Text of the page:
Are there people in your life who just won’t agree with you—no matter how sound your argument? Do they focus on the validity of the smaller points rather than the big picture? Do you find yourself bogged down in the details rather than moving forward towards a solution? If so, you’ve got yourself a “Mismatcher.”
As human beings, we tend to be creatures of habit. This doesn’t just apply to our behaviors, it also applies to our thoughts, feelings, beliefs and attitudes. “Meta-program” is a term used in nuero-linguistic programing (NLP)—a name that encompasses the three most influential components involved in producing human experience: neurology, language and programming.
Meta-programs are often auto-pilot programs within our brains that we use to create, control or make decisions. Examples of NLP meta-programs include the preference for overview or detail, the preference for where to place one’s attention during conversation, habitual linguistic patterns, body language and common questions we ask to solve problems.
Matchers tend, initially, to agree with what you’re saying. Their first-expressed ideas tend to meld fairly cohesively with yours and they stay within the boundaries of the mental play area you’ve established. They will find similarities in their situation, experiences and imagination.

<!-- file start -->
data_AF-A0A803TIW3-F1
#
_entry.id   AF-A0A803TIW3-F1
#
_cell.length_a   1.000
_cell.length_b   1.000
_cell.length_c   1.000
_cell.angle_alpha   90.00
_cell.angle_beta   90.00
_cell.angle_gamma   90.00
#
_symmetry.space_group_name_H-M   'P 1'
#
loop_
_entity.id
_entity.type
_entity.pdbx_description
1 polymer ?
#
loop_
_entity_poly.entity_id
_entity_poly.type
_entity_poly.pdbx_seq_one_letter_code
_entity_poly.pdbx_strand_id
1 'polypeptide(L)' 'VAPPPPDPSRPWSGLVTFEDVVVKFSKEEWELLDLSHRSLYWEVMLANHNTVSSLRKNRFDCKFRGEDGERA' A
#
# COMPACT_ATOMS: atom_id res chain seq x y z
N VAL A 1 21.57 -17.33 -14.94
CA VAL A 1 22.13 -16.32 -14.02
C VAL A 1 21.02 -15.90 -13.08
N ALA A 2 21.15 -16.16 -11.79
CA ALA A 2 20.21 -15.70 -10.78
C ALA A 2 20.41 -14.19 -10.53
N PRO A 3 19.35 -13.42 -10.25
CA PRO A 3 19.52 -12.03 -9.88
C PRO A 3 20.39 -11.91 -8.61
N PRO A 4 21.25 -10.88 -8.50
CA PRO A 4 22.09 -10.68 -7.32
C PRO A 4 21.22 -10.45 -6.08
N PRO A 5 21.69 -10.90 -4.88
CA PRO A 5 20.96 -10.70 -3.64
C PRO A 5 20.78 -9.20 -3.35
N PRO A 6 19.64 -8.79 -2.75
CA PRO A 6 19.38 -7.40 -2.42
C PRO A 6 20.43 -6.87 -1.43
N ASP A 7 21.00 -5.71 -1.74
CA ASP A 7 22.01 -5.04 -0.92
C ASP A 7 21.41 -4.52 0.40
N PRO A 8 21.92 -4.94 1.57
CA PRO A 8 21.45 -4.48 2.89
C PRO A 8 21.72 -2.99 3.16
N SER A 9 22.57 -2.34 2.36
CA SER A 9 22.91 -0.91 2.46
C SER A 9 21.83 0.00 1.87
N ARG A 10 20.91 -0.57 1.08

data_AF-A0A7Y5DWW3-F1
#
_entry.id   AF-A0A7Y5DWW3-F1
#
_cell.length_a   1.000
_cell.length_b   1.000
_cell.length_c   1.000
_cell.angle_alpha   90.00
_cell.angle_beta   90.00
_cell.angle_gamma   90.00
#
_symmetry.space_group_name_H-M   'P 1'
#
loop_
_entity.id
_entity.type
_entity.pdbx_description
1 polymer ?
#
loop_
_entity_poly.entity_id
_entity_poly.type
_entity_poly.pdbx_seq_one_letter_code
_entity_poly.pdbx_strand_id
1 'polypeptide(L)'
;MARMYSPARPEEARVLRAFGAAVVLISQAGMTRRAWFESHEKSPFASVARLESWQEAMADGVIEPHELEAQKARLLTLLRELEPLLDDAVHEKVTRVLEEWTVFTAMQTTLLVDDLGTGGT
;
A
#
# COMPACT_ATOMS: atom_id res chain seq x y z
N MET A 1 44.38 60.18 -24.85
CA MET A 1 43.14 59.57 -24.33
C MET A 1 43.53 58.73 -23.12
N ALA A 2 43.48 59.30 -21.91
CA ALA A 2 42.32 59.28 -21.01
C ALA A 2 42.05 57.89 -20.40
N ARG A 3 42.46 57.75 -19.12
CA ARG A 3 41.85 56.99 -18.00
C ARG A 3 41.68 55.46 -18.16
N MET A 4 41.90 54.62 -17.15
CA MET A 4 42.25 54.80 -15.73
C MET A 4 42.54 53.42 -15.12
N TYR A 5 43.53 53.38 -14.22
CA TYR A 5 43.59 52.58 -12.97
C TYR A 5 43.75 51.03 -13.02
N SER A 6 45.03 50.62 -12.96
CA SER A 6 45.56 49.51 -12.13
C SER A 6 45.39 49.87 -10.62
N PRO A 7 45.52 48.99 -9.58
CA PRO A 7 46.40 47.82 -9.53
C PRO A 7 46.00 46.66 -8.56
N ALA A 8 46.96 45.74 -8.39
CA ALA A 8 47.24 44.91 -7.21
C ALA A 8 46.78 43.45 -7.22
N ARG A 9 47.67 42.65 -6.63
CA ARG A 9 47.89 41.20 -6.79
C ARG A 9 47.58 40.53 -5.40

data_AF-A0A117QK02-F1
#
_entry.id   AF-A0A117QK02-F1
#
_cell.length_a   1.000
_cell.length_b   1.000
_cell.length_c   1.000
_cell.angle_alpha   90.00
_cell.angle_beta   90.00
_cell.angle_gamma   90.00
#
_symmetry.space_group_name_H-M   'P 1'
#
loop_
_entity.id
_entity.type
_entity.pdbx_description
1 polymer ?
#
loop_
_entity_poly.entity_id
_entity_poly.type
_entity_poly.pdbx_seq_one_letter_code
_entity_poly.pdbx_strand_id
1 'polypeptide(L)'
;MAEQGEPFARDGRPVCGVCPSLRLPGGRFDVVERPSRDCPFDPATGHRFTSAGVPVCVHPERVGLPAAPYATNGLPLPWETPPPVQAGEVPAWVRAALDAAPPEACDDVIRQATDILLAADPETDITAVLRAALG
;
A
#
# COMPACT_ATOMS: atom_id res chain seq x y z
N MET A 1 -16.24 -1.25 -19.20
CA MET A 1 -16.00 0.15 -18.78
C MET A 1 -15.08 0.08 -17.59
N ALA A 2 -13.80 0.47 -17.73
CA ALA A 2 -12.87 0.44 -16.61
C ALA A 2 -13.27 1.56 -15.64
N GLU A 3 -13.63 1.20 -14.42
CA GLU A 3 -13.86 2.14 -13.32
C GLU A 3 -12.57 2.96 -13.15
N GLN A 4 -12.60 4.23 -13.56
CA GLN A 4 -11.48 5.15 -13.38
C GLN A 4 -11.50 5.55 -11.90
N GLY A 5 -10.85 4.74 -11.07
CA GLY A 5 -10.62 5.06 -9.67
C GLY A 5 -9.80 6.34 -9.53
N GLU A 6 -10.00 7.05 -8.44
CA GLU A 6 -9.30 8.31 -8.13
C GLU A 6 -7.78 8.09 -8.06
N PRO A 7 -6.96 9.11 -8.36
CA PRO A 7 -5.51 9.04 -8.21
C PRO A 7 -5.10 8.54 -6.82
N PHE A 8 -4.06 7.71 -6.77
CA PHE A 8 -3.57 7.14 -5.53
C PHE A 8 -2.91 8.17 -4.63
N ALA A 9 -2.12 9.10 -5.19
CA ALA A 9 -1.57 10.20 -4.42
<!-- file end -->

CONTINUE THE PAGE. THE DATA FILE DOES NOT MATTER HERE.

What Your Peers Are Reading
What are the reasons for this? Part of it may have to do with their desire to be liked and respected by you. Maybe that’s part of their personal culture, or something they learned from their youth or family life. Perhaps it’s a bit of the wider culture—“go along to get along.” Or perhaps that’s just how they’ve trained their brain to work.
Depending on their personality and level of people skills, mismatchers may vary from being interesting to being annoying. More self-aware or mature people know when finding fault is helpful, and when it is useless or damaging.
A mismatcher finds (indeed, looks for) ways in which what you’ve presented is flawed. Generally the first responses they give will be the exception to the rule, the slight ambiguity in the definition you are using, the potentially false premise you are basing your point upon. They may say, “Well, actually…” quite a bit.